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Steve Buscemi is John in Saint John of Las Vegas.

1 out of 4 stars


Saint John of Las Vegas

  • Written and directed by Hue Rhodes
  • Starring Steve Buscemi, Romany Malco and Sarah Silverman
  • Classification: 14A

Whatever tingle of anticipation may be raised by the prospect of gifted oddballs Steve Buscemi and Sarah Silverman as a romantic duo is quickly dashed in the first few minutes of Saint John of Las Vegas, a funereally unfunny comedy by debut writer-director Hue Rhodes.

Produced by Buscemi and Stanley Tucci, the film follows an episode in the life of a compulsive Vegas gambler turned Albuquerque insurance company drone. Possibly owing inspiration to the Coen brothers' Odyssey-inspired O Brother, Where Art Thou? Writer-director Hue Rhodes has modelled his story on Dante's Inferno, but the classical model does not provide deliverance from the sins of inept direction and editing.

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Buscemi, receding hair combed back, with a white shirt and a skinny tie, is cast as seedy hipster John Alighieri. In the opening scene, John - his face livid on one side from an injury - is frantically expostulating to a bewildered young woman behind the cash. He's busy telling his story and buying a thousand lottery tickets.

The story John tells is of his once-safe life, after fleeing Las Vegas to live in Albuquerque, where he works for an auto-insurance company. At the next cubicle works Jill (Silverman), a one-note chipper flirt in a push-up bra with an obsession with smiley face symbols. Anxious to impress her, John decides to ask for a raise from the company's boss, Townshend (Peter Dinklage), an oily blowhard who will go to extreme lengths not to pay a claim. Instead of a raise, he offers John a new job as a claims investigator, under the tutelage of the hostile Virgil (Romany Malco). Virgil takes John back to the inferno of Las Vegas for his first investigation - the case of a stripper named Tasty D Lite (Emmanuelle Chriqui), who works in a fifth-rate dump in the desert. She's temporarily stuck in a wheelchair with a whiplash collar after her vintage car was rear-ended in the desert. Virgil assigns John to prove Tasty can still do her job, by convincing her to perform a lap dance for him in her wheel chair.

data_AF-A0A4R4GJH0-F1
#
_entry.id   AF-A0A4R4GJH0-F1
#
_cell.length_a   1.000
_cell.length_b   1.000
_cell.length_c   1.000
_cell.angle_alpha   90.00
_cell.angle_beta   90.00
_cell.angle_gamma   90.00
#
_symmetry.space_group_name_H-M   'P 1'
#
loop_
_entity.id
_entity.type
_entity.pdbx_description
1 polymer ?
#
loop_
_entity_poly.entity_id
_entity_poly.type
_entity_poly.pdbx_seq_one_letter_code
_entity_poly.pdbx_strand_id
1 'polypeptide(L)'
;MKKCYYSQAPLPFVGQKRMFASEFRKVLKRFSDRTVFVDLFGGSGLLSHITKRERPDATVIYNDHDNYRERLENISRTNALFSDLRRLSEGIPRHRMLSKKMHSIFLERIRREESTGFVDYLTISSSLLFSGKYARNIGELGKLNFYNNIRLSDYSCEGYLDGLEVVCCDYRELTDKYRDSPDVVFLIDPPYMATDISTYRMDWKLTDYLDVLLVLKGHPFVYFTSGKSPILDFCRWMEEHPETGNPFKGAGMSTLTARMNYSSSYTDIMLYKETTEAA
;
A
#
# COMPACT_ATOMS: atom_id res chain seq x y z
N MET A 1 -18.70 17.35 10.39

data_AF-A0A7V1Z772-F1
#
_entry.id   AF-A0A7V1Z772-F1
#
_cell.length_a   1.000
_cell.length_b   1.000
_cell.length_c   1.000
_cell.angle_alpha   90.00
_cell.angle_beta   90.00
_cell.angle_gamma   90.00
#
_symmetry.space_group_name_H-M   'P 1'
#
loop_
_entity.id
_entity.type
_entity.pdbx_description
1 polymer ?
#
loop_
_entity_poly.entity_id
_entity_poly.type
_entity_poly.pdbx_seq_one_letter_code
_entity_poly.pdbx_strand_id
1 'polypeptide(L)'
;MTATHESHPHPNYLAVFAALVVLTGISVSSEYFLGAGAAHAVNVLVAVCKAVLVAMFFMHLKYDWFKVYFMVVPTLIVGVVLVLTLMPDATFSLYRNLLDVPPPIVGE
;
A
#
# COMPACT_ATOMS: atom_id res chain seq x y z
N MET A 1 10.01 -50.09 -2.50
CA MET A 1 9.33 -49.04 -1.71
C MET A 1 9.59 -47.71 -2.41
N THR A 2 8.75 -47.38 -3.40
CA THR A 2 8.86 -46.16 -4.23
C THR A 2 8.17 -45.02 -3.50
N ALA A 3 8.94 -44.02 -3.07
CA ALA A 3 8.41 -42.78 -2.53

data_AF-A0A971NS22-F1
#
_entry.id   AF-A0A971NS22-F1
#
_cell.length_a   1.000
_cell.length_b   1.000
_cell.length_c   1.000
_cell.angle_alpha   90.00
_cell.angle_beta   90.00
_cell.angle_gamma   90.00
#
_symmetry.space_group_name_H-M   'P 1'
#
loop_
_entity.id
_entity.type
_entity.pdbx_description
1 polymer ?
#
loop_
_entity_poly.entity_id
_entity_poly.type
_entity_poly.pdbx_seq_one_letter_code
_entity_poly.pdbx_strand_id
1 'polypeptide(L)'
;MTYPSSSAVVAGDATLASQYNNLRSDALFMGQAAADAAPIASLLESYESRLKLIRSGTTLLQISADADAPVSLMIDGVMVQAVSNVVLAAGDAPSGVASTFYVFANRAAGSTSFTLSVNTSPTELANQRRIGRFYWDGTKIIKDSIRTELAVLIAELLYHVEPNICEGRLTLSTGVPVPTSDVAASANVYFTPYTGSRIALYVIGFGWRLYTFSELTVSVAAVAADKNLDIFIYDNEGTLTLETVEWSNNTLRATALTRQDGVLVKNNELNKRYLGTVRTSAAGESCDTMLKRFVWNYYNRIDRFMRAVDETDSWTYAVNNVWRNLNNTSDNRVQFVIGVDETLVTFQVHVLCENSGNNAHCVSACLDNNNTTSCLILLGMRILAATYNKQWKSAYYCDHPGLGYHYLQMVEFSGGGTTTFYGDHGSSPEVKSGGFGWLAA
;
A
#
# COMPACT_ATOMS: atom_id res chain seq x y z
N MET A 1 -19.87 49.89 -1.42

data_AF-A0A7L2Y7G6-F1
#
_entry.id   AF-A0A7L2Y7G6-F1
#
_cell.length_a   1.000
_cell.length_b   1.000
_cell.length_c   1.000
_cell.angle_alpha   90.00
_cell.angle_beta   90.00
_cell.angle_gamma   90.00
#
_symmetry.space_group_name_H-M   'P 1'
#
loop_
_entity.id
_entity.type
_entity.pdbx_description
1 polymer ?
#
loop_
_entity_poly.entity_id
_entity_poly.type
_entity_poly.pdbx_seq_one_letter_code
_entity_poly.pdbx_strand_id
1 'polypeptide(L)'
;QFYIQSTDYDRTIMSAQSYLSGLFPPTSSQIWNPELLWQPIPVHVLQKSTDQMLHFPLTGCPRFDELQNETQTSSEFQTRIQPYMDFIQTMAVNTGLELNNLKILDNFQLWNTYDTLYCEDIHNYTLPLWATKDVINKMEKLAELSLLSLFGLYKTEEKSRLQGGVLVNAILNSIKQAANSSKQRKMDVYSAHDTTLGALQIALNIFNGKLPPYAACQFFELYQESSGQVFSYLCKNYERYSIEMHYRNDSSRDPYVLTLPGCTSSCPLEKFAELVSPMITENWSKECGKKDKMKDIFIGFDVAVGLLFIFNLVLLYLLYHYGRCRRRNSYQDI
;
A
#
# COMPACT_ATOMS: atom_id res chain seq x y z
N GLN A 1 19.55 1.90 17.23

There are other odd for-no-reason encounters. A group of naked armed survivalists (led by Tim Blake Nelson) stop their car in the middle of the night and insist they turn around. At a circus, John and Virgil meet a carnival performer, known as the Flame Lord (Johnny Cho), who, because of a malfunction in his suit, is doomed to burst into flames every 20 seconds until his fuel runs out. John attempts to help him with his worst craving - a cigarette. Later, John meets a well-dressed bad guy who runs a scrap yard who goes by the name of Lou Cipher ("It's French," he explains.") Throughout, John has repeated visions of himself being "saved' at a revival meeting where Virgil is the presiding preacher. The conclusion offers Virgil as a kind of back-handed teacher, but none of this rises above a high-school level of smirky ingenuity.

Instantly forgettable, Saint John of Las Vegas is the kind of hagiography that can makes even the devil seem dull.

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About the Author
Film critic

Liam Lacey is a film critic for The Globe and Mail. More

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